And let me say, the Cloisters is an outstanding, albeit small and specific, museum. And FM very kindly indulged me as I wandered through their garden (to others it's just a dead garden waiting for spring, to me it was NOW I CAN SEE THE STRUCTURE OF THE ESPALIERS, etc!) and there were herbs still growing and blah blah, plants, I can't help who I am. Ha.) She and I geeked out over religion and architecture and stone work and gargoyles and Islamic/Judaic cultures. There's a cafe up the road from the museum that had delicious foods, a beautiful setting, and we sat for a few hours talking more, then hit the subway back home.
AND THEN ON TO THE EUGENE O'NEIL THEATER FOR MY LIFE AFFIRMING MOMENT.
Just know this: you need to see this musical, if you like musicals. If you DON'T like musicals, this is the musical for you. it's an astounding hat trick Matt and Trey have pulled off, making a musical that truly is accessible to anyone. Unless you're offended by their liberal use of the word "cunt." Which you shouldn't be, as it's positively Chaucerian. But anyway. It's outstanding. And it's even better than I had imagined it would be, and long-time readers of this LJ know how I have been dreaming of this musical.
I want to say this about it: the performers in this musical are the top of their game. Hands down. There is more dancing and singing in this musical than in any other musical I know of. REALLY. And no one is ever winded, no one's voice wavered, and that is TREMENDOUS all things considered. Not a character or moment is wasted at any point in time. It deserved every single Tony nomination and win. Probably more. Yes, I'm biased. But not with this.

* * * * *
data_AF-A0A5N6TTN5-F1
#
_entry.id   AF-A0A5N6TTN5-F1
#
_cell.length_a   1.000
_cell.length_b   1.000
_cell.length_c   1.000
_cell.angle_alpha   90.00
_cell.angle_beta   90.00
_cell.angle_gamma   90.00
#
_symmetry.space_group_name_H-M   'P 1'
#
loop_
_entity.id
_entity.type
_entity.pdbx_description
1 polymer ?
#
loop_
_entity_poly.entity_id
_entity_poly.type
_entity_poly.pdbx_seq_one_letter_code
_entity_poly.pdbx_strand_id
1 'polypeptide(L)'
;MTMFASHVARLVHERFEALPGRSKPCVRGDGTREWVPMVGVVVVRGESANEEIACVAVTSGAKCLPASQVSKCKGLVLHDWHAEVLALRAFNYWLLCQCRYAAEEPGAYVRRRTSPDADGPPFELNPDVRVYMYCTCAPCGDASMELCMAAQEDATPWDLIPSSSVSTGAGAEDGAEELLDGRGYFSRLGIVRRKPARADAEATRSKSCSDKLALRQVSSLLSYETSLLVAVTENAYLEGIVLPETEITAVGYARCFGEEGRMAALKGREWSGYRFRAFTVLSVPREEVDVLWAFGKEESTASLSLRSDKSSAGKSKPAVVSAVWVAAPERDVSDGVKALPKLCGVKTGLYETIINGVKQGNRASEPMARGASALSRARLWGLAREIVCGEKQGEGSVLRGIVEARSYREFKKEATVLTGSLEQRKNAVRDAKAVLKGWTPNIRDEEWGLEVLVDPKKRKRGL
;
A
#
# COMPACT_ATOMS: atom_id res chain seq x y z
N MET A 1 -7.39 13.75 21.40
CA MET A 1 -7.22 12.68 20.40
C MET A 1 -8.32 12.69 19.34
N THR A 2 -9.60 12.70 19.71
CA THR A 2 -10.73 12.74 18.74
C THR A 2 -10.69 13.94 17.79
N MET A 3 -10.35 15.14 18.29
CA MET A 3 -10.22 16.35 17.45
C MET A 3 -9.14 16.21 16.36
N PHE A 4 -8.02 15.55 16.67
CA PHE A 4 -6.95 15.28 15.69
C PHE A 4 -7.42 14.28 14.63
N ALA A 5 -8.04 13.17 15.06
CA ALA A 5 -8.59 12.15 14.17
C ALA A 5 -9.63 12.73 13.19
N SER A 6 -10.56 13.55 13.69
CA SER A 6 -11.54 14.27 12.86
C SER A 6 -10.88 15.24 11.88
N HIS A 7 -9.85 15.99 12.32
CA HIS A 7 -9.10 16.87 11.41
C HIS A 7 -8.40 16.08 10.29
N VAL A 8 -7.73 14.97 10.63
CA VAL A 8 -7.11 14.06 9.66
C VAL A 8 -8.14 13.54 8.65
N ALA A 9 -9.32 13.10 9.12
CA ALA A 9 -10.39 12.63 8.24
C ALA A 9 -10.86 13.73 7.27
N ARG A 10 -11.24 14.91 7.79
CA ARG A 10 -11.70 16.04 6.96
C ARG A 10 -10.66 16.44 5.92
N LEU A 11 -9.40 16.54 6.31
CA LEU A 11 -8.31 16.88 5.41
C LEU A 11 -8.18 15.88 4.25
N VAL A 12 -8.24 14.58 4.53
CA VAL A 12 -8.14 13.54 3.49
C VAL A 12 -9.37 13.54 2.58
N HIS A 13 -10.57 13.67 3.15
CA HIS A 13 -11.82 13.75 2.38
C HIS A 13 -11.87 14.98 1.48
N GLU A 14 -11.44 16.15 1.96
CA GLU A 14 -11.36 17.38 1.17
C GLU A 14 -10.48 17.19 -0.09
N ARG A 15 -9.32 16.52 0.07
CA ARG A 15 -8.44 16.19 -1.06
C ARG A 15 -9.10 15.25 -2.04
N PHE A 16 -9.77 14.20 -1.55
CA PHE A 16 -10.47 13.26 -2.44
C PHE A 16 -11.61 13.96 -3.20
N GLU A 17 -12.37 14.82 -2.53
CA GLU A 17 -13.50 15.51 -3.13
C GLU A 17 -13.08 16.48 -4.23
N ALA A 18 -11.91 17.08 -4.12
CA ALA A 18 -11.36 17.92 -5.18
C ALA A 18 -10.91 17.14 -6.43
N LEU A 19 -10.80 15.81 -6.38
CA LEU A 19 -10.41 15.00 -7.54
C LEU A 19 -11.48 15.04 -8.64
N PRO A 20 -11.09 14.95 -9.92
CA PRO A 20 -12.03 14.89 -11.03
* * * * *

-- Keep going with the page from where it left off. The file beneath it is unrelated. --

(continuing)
I did sit there crying (trying to keep it on the down low) during "I Believe," because I can't help it. They just get it. And I can't tell you how gratifying it was to go to the very calm and respectful (and small) stage door gathering (maybe 15 people there?) and stand there with my Book of Mormon, with all of my notes taken earnestly, all of my post it notes with cross references and Points to Ponder and have them SEE THAT IN MY HAND and their faces change to utter shock and delight and gleefully sign the cover.
And then. Clark Johnsen (Mormons! Look at that name!!), who is in the ensemble and plays various characters throughout the whole thing (missionary, a Hobbit, pioneer woman, hahahaha) saw that, beelined to me and asked, "Is that your triple?!" Mormons are laughing right now. I told him yes, he asked if he could open it, and smiled when he saw all of my regulation highlights in there. And then we stood at the stage door talking for a solid 5 minutes (it felt like a half-hour) about how we were both from Pioneer stock (he was excited that my uncle is a General Authority) and THE BEST THING EVER WAS WHEN WE BOTH LAUGHED ABOUT WHAT THEY GET WRONG IN THE SHOW.